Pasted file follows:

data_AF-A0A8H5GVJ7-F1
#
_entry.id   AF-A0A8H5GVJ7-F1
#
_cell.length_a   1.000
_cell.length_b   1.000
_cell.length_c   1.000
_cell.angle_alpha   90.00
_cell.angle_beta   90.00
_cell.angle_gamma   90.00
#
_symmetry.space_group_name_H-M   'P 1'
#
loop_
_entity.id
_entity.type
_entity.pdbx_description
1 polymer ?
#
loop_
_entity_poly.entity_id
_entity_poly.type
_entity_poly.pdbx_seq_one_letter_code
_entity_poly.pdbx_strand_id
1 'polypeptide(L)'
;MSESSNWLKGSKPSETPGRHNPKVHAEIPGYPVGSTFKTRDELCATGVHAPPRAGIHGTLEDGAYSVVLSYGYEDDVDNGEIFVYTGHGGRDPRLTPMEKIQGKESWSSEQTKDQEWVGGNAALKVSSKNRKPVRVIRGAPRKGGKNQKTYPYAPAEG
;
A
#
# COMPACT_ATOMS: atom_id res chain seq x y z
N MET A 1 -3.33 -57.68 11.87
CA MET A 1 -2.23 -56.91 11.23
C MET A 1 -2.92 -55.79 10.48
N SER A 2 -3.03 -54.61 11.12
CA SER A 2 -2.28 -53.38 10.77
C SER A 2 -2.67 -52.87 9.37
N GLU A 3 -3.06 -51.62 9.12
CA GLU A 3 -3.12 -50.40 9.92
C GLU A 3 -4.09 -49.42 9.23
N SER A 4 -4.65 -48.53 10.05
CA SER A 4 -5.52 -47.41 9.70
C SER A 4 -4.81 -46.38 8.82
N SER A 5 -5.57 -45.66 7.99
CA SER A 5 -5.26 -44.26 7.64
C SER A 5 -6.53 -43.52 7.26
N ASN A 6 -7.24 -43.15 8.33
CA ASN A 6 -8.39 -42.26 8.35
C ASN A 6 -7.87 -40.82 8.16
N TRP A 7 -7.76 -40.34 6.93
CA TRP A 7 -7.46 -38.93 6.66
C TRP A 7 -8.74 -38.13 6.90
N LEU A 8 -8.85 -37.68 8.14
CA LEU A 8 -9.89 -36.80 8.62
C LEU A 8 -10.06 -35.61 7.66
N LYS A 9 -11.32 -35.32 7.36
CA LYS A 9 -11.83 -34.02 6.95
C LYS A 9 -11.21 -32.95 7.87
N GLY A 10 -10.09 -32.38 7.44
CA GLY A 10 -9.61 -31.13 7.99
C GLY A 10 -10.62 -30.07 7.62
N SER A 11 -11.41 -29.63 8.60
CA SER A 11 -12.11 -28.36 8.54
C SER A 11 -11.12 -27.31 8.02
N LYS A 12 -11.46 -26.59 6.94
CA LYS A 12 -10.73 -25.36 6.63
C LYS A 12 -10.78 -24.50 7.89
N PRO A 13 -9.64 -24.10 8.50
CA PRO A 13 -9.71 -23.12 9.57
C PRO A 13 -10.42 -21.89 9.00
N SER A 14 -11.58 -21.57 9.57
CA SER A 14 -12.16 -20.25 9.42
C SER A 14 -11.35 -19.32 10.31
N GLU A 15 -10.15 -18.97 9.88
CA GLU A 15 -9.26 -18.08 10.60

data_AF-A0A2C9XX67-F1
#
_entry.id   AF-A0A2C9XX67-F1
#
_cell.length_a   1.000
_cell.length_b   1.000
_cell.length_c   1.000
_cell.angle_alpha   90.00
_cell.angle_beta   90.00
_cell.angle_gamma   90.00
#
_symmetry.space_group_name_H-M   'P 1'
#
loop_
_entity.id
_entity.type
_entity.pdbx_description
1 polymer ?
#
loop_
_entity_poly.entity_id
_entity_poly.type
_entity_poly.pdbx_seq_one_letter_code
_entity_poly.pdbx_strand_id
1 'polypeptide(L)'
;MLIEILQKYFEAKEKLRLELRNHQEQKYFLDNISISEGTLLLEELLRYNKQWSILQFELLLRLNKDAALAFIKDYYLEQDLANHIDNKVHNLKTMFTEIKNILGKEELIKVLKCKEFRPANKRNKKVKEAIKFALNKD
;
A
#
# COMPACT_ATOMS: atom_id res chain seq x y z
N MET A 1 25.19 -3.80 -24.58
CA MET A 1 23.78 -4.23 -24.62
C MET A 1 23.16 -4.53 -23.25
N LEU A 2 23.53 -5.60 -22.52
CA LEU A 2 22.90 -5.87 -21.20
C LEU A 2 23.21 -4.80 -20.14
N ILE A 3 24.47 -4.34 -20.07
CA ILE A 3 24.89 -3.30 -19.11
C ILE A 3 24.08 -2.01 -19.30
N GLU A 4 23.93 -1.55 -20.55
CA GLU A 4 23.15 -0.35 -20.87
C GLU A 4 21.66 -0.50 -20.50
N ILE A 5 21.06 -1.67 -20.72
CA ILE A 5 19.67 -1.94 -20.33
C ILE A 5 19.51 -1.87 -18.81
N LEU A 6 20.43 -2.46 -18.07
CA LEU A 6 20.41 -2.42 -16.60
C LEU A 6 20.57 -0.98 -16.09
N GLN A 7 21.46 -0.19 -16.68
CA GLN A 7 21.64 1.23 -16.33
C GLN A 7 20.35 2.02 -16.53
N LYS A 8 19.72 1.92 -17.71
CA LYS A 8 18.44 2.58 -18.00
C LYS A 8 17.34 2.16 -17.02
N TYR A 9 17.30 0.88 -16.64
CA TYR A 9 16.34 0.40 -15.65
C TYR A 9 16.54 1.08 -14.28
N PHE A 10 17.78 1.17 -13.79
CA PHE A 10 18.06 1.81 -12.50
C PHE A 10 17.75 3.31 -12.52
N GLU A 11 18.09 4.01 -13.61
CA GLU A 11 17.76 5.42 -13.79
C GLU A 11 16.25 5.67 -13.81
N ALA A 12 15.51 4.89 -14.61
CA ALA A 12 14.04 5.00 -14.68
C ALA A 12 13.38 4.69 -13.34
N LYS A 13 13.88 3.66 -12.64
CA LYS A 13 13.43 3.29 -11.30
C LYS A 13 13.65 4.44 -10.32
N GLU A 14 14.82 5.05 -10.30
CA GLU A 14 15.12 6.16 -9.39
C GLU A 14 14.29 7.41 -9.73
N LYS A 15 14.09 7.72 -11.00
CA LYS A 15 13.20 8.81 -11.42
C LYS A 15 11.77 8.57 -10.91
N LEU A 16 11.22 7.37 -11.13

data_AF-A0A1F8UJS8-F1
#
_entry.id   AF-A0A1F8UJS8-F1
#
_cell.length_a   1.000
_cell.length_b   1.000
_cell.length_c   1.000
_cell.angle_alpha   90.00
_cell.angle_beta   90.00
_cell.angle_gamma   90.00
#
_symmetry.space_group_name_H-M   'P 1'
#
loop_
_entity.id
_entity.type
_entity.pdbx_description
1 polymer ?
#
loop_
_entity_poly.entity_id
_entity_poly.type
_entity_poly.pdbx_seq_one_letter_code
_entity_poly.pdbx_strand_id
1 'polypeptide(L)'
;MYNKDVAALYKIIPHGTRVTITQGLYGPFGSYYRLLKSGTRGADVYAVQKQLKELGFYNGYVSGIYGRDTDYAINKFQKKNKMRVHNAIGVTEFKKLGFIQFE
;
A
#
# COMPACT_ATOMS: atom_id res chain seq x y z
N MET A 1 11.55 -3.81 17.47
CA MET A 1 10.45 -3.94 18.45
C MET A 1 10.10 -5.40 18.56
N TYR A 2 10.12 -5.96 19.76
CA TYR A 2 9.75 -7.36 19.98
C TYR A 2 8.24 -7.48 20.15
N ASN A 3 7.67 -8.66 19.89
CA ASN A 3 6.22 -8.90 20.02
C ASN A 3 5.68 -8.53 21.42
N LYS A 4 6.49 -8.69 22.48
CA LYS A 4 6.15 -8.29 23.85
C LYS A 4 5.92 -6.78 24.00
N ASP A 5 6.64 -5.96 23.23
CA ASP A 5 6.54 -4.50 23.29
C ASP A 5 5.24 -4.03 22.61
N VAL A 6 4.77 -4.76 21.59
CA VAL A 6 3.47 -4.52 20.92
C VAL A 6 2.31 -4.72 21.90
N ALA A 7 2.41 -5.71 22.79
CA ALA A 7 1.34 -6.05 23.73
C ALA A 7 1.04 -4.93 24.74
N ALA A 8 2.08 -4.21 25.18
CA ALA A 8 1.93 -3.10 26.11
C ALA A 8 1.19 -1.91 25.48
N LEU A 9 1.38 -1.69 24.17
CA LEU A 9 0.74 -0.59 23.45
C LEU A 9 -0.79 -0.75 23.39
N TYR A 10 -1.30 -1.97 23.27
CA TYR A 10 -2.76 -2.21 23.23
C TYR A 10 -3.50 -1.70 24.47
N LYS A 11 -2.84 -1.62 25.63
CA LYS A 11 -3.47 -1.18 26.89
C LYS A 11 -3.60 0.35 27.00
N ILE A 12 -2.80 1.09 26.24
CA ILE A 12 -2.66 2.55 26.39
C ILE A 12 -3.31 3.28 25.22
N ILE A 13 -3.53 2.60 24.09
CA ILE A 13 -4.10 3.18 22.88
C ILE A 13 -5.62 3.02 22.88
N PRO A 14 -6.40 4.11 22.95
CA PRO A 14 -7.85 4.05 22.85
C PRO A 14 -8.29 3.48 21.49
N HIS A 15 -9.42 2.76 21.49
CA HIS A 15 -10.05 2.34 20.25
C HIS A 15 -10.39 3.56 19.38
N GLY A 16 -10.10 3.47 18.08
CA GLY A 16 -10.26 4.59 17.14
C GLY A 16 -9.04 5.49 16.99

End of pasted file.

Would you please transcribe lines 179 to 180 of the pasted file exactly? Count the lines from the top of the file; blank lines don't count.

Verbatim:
#
# COMPACT_ATOMS: atom_id res chain seq x y z